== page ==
Walking into Shadowbox Live's snazzy Brewery District theater was a bit of a homecoming for me. I had been a frequenter of Shadowbox back in the late 1990's, when it was a relatively fledgling cabaret company in a small, but cool and edgy warehouse space in downtown Columbus. I fell in love with their rock opera performances, and was also impressed by the dedication of their performers who "do it all"- doubling as kitchen staff, wait-staff, ushers, bartenders, tech support…you name it, even on show nights. There was something humbling and authentic about their entire ensemble that made the fact that they were also incredible entertainers all the more appealing. The company made a move to its Easton location in 1999, after losing the Spring St. space to a fire. As of August, 2011, the Shadowbox moved back to its home in downtown Columbus with a state-of-the-art space, yet reviving that old warehouse-feel in its design, and bringing with it, all of the class of a vintage theater. Walking into this new place, it immediately felt like the Shadowbox I had been so enamored with again.
That being said, when you take on an iconoclastic production such as Jonathan Larson's RENT, you either have a whole lot of talent in your back pocket, or you are just plain ludicrous. Fortunately for Shadowbox Live, it was a case of the former that resulted in a fantastic opportunity to see this incredible story about Bohemians in Alphabet City, NYC struggling with life, love and AIDS, brought to life in local form. Admittedly, having long ago fallen in love with the original Broadway Cast recording of this show, I had a pretty solid idea in my head as to how each of these characters must act and sound, and I was a little concerned that I would walk away disappointed. It did not take long at all to convince me that Columbus' Shadowbox Live talent was more than capable of delivering.
John Boyd's opening scene portraying Mark Cohen, the aspiring filmmaker, was spot-on. He was an immediately recognizable interpretation, very reminiscent of Anthony Rapp's original role, even nailing the hand gestures that convey his character's anxiousness and wearing his trademark scarf and black-frame glasses. He added his own angsty edge to Mark that made him a little angrier, and that much more intriguing. Boyd had superb vocals, particularly in the rocking, "La Vie Boheme", a tongue-twisting Bohemian rhapsody number that is lightening fast and thoroughly entertaining. His Mark Cohen was wonderfully consistent and stable through the entire show, which helped anchor the other characters- perfect since Cohen's documentary film of himself and his friends is central to the plotline as well.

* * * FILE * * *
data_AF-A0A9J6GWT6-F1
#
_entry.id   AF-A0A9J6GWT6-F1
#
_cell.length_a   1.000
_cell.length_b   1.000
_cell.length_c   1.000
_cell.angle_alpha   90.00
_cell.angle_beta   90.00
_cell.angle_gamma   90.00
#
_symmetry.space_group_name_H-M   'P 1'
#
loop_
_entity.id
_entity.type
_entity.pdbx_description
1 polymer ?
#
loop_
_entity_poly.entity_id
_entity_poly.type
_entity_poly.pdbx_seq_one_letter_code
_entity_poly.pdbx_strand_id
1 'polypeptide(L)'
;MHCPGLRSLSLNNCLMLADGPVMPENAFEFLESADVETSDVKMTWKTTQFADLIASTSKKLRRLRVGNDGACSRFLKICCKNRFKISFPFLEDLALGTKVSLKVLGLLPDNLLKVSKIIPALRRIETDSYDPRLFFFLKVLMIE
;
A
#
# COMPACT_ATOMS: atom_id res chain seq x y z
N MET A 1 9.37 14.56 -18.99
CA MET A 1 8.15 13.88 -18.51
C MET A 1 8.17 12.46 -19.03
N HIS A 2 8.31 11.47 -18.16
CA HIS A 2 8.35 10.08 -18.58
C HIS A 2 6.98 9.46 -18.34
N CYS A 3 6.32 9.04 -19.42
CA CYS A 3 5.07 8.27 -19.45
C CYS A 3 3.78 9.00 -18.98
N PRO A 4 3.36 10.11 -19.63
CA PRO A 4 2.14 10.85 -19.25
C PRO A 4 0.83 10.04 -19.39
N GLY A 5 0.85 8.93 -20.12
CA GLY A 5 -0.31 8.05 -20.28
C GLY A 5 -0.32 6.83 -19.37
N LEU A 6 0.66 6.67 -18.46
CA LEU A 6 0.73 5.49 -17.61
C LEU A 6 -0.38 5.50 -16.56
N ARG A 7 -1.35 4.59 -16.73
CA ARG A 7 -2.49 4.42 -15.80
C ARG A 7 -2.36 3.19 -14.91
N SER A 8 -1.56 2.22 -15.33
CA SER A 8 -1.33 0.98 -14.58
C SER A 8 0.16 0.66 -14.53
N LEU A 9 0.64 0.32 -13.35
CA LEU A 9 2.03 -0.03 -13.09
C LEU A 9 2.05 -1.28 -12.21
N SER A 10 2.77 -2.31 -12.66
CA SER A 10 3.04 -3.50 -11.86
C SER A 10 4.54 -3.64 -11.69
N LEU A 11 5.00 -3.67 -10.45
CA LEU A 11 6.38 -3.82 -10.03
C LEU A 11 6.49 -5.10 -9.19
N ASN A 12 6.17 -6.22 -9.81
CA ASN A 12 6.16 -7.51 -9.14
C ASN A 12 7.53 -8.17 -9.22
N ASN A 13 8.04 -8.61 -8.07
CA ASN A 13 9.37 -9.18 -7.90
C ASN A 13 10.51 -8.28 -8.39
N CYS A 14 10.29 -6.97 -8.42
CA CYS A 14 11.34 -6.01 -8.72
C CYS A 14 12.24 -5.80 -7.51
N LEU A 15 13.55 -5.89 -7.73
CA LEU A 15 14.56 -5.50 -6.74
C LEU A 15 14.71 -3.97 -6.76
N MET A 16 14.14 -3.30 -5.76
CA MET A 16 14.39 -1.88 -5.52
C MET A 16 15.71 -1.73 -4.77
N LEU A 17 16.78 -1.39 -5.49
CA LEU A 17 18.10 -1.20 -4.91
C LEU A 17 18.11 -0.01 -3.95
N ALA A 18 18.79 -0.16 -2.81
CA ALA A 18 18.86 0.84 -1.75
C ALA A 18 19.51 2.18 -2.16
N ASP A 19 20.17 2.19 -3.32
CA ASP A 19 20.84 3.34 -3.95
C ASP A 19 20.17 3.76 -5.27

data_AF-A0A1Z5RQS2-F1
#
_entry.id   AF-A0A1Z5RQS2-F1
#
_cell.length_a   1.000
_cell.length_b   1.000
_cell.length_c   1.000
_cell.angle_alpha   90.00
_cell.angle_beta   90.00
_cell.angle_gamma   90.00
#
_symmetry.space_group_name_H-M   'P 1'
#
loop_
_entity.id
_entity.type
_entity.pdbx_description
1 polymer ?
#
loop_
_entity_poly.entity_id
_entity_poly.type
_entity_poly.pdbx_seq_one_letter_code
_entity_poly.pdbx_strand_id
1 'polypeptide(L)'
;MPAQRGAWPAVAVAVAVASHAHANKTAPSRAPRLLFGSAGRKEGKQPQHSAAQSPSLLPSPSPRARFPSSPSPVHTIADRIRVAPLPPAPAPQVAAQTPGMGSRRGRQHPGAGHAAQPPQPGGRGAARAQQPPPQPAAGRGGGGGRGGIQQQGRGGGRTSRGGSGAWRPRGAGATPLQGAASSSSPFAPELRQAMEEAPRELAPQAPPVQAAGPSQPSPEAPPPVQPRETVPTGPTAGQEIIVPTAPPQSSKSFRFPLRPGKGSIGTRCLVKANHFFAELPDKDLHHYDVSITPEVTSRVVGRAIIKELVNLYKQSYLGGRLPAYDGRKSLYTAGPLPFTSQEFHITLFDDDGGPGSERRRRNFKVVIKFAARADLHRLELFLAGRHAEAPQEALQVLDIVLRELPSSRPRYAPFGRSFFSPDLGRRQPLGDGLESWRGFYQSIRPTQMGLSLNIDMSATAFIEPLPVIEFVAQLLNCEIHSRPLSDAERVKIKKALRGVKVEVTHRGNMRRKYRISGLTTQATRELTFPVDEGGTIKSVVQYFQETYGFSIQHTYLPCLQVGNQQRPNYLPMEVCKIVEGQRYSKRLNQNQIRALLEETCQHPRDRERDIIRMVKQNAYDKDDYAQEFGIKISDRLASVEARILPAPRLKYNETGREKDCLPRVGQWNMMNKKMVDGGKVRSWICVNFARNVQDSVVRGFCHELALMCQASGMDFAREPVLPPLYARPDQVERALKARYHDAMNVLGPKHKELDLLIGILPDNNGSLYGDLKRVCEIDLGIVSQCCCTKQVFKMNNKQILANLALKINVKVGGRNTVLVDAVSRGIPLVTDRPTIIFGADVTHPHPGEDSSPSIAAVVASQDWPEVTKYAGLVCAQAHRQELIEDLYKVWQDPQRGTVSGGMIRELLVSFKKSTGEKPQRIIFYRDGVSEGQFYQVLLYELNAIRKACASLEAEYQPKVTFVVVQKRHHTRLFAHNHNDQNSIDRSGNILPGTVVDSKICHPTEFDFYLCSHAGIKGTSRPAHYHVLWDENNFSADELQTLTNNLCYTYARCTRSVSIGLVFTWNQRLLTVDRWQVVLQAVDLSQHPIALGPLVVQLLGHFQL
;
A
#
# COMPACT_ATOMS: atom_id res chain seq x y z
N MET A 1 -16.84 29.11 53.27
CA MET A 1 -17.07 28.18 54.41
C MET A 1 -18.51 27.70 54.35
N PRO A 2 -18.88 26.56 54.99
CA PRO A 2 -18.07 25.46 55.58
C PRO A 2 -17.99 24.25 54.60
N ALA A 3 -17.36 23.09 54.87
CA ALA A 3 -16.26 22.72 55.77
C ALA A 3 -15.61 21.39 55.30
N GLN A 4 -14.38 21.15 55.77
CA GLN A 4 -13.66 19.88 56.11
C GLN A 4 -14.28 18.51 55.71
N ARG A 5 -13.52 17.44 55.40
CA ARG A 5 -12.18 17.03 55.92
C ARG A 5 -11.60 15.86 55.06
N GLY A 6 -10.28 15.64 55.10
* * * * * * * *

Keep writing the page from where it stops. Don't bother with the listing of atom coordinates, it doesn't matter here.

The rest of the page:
BranDon Anderson played the role of struggling, HIV-positive musician, Roger Davis, Cohen's roommate and best friend. Anderson's Roger was a bit less gritty than I expected, but he played quite well off of Boyd's Mark. He delivered some really nice, rich vocals on "One Song Glory", but was at his best when romancing pole dancing drug addict Mimi Marquez, played by Nikki Fagin.
Speaking of Fagin, she brought a fabulous set of pipes to the stage, whether rocking it out on the reckless "Out Tonight", a grungy little howl-at-the-moon number, or taking it down a notch for the tender and regretful "Without You", Fagin's vocal control was flawless. Her tiny frame lending fragility to Mimi that counterbalanced the incredible strength of her voice and combining to create great chemistry with Anderson's Roger. Fagin shines as this strung out, desperate to find love, young woman also battling AIDS.
Lesbian performance artist Maureen Johnson, played by Noelle Grandison, recently dumped Mark Cohen to shack up with Joanne Jefferson, an Ivy-League public interest lawyer played by Kara Wilkinson, This humorous twist of fate love-hate triangle produces great comedic moments such as the delightful "Tango Maureen" in which Mark meets Joanne and tells her the details of his ill-fated relationship with Maureen, only to find Joanne recognizes those 'signs" all too well. Kara Wilkinson plays Joanne as sweeter, kinder, and far less neurotically anal-retentive than I am used to, but is likable none-the-less. Noelle Grandison's Maureen is self-absorbed without being overbearing, and pulls off the wacky "Over the Moon" without being totally eccentric. Together, they were lovely in one of my favorite numbers from RENT, the fabulous female duet "Take Me or Leave Me", where Maureen and Joanne lay it all out on the table in a relationship ultimatum that ends with their break-up. My only difficulty was that they were so good together that I "forgot" that Maureen ever had a relationship with Mark- Wilkinson's scenes with Boyd's Cohen lacked the on-going chemistry that creates part of the tension between Joanne and Maureen. I'll chalk that up to my own insanely huge fan girl worship of Idina Menzel and Tracie Thoms, as Wilkinson and Grandison were incredibly talented in their own right to tackle these roles and leave me applauding.